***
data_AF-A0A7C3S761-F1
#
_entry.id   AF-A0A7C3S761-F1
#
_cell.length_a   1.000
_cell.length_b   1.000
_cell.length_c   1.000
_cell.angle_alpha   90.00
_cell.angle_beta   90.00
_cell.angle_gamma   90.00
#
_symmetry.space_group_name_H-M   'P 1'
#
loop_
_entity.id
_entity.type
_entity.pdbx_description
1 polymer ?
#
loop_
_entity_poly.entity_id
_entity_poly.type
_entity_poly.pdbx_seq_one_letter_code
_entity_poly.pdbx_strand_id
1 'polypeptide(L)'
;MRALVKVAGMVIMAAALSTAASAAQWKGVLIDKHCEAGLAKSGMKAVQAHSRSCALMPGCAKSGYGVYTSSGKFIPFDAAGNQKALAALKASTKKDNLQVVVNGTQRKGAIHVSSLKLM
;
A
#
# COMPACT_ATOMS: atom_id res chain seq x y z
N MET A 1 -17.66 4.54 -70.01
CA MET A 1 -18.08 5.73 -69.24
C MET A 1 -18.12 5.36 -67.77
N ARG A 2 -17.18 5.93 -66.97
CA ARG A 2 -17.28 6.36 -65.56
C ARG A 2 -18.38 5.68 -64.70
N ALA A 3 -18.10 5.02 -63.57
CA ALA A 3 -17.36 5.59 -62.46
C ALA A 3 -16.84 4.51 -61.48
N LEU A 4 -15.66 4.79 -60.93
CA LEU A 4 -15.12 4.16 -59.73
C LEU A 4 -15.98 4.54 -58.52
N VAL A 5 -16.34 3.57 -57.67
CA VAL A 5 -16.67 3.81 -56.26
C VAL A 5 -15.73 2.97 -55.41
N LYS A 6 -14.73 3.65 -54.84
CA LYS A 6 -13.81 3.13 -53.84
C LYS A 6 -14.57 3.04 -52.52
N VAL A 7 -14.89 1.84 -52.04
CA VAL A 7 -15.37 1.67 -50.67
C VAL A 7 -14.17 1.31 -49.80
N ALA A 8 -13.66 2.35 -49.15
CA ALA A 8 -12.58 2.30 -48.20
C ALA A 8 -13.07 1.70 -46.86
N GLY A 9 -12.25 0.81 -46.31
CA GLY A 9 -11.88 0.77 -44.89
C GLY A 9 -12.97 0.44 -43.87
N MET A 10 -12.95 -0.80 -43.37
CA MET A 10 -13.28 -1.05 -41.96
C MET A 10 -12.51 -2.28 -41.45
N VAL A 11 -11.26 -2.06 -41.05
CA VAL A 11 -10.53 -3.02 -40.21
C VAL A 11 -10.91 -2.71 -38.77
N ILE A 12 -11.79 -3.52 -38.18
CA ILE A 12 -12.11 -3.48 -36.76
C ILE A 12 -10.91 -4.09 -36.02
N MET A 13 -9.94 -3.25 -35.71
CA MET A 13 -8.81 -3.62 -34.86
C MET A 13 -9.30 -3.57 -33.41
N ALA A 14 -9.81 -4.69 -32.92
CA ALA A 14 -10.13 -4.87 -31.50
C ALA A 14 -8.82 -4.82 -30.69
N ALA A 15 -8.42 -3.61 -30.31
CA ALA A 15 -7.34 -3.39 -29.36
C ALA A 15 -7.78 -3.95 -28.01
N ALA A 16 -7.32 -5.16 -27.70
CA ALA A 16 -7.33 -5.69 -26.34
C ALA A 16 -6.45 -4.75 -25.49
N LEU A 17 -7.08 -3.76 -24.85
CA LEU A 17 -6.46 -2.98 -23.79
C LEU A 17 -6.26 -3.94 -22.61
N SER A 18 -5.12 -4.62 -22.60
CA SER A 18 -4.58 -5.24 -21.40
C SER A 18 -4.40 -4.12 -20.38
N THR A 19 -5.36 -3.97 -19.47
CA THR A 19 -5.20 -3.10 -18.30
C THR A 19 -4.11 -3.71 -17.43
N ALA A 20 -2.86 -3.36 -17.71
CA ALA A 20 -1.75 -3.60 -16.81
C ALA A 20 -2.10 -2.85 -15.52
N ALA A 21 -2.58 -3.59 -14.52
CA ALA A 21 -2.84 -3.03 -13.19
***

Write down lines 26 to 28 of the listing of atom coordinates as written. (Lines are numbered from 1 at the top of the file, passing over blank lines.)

;MRALVKVAGMVIMAAALSTAASAAQWKGVLIDKHCEAGLAKSGMKAVQAHSRSCALMPGCAKSGYGVYTSSGKFIPFDAAGNQKALAALKASTKKDNLQVVVNGTQRKGAIHVSSLKLM
;
A